Updated October 05, 2017 08:12:00
The Nobel Prize for Literature will be announced tonight in Sweden and Japan is pinning its hopes on local novelist Haruki Murakami... again.
British betting agency Ladbrokes says Kenyan writer Ngugi Wa Thiong'o is the odds-on favourite to be honoured with the award is announced at 1pm local time (10pm AEST).
But each October for more than a decade, Murakami fans in Japan have been holding their breath while the Nobel academy gets ready to read from the envelope.
Last year, there was shock and outrage in Japan when Bob Dylan, the American songwriter, took out the prized gong.
Murakami is considered one of the world's great writers. He has written dozens of novels, short stories and works of non-fiction that have global appeal.
He grabbed the attention of the literary world in 1987 with a novel named after the Beatles song Norwegian Wood and more recently his novels The Wind-up Bird Chronicle and 1Q84 have earned high praise.
But to date, his work has not earned recognition from the people behind the Nobel.
"To me what really qualifies Murakami to be a Nobel Laureate is that he's reinvented how literature could be read by people everywhere in the world," said Professor Matthew Strecher, a Murakami scholar from Tokyo's Sophia University.
"Murakami is able to use this very simple style he's got to create a story that could be read anywhere in the world and grasped by anybody in virtually any language no matter what their background."
Mr Strecher says the Nobel Prize speculation in Japan has fed into the frenzy about the author.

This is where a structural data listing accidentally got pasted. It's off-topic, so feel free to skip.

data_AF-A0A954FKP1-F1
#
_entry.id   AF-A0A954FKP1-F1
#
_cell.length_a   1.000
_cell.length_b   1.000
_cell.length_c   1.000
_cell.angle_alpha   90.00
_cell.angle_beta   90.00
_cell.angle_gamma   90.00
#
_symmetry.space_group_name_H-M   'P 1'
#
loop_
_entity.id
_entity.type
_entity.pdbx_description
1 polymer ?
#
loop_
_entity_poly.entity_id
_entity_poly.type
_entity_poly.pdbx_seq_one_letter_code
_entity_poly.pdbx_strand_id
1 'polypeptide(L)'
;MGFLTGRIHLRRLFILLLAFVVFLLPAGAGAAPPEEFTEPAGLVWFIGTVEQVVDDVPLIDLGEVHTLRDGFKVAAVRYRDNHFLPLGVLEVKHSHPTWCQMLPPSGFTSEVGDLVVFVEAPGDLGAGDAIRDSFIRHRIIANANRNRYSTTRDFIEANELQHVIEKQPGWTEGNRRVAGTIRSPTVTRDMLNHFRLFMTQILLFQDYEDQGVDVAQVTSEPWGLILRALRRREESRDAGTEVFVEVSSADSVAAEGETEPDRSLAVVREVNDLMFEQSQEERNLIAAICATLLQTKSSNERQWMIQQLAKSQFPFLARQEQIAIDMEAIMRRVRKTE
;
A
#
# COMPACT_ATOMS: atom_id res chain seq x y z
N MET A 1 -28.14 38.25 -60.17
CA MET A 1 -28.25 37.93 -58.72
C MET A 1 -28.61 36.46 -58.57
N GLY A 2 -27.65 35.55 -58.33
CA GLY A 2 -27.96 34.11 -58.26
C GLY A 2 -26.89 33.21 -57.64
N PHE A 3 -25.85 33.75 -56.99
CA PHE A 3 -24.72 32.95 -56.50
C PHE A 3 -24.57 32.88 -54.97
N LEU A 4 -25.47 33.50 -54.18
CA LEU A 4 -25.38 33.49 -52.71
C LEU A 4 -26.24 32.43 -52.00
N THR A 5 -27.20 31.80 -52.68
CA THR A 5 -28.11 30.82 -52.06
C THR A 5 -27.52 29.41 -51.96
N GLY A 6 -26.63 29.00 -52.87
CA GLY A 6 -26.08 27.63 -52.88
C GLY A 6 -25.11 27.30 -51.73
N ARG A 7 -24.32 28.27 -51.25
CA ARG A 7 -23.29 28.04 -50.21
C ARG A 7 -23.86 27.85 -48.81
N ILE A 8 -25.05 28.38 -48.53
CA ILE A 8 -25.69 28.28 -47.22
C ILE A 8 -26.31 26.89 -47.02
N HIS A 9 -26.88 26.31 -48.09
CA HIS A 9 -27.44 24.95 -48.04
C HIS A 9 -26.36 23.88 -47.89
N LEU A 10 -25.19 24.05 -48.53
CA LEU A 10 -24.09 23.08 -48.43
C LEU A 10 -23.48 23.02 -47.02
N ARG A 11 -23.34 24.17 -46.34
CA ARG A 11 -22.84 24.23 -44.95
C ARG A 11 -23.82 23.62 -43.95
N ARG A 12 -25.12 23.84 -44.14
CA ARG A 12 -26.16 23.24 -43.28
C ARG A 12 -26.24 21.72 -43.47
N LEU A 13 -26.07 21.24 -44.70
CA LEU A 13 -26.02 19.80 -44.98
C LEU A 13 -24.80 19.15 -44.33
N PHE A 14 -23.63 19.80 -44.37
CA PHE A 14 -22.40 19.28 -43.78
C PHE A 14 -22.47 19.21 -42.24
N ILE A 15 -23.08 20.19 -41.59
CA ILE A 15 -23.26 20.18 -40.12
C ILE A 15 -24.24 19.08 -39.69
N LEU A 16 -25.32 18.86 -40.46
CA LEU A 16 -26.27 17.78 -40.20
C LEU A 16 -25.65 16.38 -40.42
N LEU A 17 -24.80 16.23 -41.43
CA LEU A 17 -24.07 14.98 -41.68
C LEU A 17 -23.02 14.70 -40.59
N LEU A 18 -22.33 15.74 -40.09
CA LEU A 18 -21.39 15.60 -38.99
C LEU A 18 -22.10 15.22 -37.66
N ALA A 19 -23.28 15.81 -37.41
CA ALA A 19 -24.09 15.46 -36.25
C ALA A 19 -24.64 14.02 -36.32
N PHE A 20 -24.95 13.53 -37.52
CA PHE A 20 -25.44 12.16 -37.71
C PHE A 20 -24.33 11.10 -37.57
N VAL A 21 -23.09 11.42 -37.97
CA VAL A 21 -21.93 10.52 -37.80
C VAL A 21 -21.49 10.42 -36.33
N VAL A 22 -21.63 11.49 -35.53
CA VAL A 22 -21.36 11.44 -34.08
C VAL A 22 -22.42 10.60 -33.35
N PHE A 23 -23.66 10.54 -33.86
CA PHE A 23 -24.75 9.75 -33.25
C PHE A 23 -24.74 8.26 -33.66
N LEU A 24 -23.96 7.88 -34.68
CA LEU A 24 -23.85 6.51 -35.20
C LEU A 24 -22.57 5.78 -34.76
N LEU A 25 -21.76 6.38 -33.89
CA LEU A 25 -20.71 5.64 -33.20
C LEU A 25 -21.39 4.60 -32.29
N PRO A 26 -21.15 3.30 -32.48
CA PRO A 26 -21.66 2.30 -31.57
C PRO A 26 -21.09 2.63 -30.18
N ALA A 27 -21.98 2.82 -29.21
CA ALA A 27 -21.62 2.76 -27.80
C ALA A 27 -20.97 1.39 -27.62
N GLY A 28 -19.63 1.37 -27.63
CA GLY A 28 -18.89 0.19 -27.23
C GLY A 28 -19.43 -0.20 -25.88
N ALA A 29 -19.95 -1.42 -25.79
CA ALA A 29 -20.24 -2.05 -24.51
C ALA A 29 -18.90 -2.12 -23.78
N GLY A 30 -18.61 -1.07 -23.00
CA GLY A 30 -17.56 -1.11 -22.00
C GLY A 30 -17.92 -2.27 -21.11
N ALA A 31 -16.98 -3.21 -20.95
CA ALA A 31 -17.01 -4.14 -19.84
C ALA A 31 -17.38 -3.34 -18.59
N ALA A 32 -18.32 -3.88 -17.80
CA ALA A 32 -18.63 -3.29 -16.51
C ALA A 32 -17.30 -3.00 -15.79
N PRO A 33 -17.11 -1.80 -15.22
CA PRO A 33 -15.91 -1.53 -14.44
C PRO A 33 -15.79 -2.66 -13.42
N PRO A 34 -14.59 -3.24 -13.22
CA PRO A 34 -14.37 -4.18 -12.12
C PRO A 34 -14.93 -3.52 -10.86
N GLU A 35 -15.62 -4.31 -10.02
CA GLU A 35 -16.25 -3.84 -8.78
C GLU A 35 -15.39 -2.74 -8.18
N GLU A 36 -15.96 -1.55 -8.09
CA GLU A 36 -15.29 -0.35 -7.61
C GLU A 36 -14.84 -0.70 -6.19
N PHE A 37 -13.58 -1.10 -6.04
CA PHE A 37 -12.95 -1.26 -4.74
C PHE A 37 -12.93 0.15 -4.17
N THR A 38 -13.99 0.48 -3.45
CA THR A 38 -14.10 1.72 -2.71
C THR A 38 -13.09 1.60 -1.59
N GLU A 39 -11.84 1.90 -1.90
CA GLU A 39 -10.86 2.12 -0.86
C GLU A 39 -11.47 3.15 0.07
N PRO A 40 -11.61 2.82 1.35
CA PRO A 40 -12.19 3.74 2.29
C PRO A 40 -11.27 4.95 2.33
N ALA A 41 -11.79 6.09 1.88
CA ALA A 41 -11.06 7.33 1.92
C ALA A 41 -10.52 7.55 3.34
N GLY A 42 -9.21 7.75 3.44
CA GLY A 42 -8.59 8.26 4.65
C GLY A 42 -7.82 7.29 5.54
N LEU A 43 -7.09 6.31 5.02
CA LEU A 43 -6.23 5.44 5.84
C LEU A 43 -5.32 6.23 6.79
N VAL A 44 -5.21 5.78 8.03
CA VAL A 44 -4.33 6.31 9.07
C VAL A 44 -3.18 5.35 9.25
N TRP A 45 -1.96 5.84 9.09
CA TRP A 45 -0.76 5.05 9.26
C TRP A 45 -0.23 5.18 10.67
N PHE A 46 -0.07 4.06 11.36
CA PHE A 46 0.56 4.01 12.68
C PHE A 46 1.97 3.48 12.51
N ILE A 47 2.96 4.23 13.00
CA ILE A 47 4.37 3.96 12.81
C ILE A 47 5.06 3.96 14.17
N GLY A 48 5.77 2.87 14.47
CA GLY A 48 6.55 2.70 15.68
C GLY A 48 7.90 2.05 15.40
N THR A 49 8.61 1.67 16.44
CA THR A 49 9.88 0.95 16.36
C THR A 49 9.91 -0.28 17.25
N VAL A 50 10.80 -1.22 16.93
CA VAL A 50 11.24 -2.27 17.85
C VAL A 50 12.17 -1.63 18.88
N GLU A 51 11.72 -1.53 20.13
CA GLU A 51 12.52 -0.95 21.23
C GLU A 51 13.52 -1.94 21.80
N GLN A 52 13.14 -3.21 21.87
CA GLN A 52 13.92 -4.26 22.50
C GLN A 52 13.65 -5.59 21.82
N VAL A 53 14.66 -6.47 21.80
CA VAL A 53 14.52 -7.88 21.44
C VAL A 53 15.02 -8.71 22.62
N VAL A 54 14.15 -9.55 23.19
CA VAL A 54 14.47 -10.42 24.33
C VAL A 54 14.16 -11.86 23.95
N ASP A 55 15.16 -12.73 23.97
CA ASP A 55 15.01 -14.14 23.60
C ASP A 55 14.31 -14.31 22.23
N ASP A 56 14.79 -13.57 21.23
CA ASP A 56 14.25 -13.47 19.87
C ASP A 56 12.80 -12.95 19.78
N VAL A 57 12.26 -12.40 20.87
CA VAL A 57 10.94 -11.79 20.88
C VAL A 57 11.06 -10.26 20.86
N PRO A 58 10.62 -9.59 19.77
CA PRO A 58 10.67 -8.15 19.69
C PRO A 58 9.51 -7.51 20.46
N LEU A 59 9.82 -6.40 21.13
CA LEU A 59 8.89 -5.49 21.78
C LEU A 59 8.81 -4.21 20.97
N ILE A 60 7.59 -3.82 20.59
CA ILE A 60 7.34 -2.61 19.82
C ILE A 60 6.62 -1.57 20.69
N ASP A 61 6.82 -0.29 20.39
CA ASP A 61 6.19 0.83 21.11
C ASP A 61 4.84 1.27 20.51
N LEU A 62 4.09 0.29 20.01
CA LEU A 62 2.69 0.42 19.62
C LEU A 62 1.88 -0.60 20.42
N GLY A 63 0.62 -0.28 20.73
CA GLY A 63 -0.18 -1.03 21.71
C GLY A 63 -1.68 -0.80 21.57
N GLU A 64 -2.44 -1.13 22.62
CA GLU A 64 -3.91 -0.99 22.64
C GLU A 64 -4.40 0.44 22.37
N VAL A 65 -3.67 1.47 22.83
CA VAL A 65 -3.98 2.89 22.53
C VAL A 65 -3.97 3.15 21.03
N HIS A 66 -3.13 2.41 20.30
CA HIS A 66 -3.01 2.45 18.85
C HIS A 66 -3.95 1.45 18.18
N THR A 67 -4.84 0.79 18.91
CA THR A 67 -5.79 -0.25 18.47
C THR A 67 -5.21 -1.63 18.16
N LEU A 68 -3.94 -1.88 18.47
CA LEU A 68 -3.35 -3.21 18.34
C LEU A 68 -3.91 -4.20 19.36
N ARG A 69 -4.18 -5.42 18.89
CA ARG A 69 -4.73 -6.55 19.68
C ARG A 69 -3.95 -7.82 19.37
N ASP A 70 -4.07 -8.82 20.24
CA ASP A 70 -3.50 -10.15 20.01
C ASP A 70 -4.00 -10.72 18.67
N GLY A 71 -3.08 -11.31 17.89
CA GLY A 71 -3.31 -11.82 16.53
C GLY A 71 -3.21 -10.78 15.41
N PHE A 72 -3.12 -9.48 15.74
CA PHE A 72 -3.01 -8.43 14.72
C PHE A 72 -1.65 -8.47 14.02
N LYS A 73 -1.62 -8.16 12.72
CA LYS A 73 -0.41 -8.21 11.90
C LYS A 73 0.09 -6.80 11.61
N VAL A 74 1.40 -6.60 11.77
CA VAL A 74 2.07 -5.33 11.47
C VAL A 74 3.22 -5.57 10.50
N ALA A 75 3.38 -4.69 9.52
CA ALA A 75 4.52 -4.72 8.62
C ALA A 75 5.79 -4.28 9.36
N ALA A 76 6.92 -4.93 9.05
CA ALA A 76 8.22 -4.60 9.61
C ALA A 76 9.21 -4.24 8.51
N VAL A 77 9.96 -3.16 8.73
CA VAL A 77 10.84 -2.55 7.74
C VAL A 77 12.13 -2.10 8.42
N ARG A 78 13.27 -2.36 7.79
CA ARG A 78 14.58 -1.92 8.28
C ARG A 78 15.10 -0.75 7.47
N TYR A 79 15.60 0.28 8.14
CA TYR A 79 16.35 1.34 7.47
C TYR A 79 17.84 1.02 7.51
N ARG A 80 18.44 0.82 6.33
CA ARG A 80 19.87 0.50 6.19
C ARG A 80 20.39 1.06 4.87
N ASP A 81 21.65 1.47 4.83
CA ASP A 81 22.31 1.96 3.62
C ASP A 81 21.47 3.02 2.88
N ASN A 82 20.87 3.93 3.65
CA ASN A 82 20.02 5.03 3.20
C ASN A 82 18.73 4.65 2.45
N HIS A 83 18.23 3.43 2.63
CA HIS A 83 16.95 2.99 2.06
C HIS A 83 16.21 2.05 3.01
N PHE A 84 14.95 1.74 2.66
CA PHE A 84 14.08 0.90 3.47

"We get excited about Nobel prospects here — it's a big deal and that I think is the reason everyone goes wild.
"I'm not sure anyone really went wild about Murakami in this country, at least in the media, until he became a candidate for the Nobel Prize and suddenly everyone wanted to know more about him."
In the late 1970s, Haruki Murakami lived in the central Tokyo suburb of Sendagaya, where he ran a jazz bar named Peter Cat (named after his childhood pet).
In those days, he would pop into the local bookstore to browse and have a chat with owner Yu Saito.
The bookstore has now become the unofficial headquarters of the Murakami fan club and Mr Saito, its unofficial leader.
"I don't think Haruki-san thinks that the Nobel Prize is the final summit, but perhaps he thinks the Nobel Prize can send his message to the world. So if he wins, I think he'll accept it happily," he said.
Mr Saito and other Murakami fans will gather at the Hachiman Shrine in Sendagaya to watch tonight's announcement of the Nobel Prize for Literature.
If Murakami wins, Mr Saito hopes he will visit his bookstore once again.
"We met many many years ago so I think he remembers me. I'd like to shake his hands and say congratulations," he said.
First posted October 05, 2017 07:48:34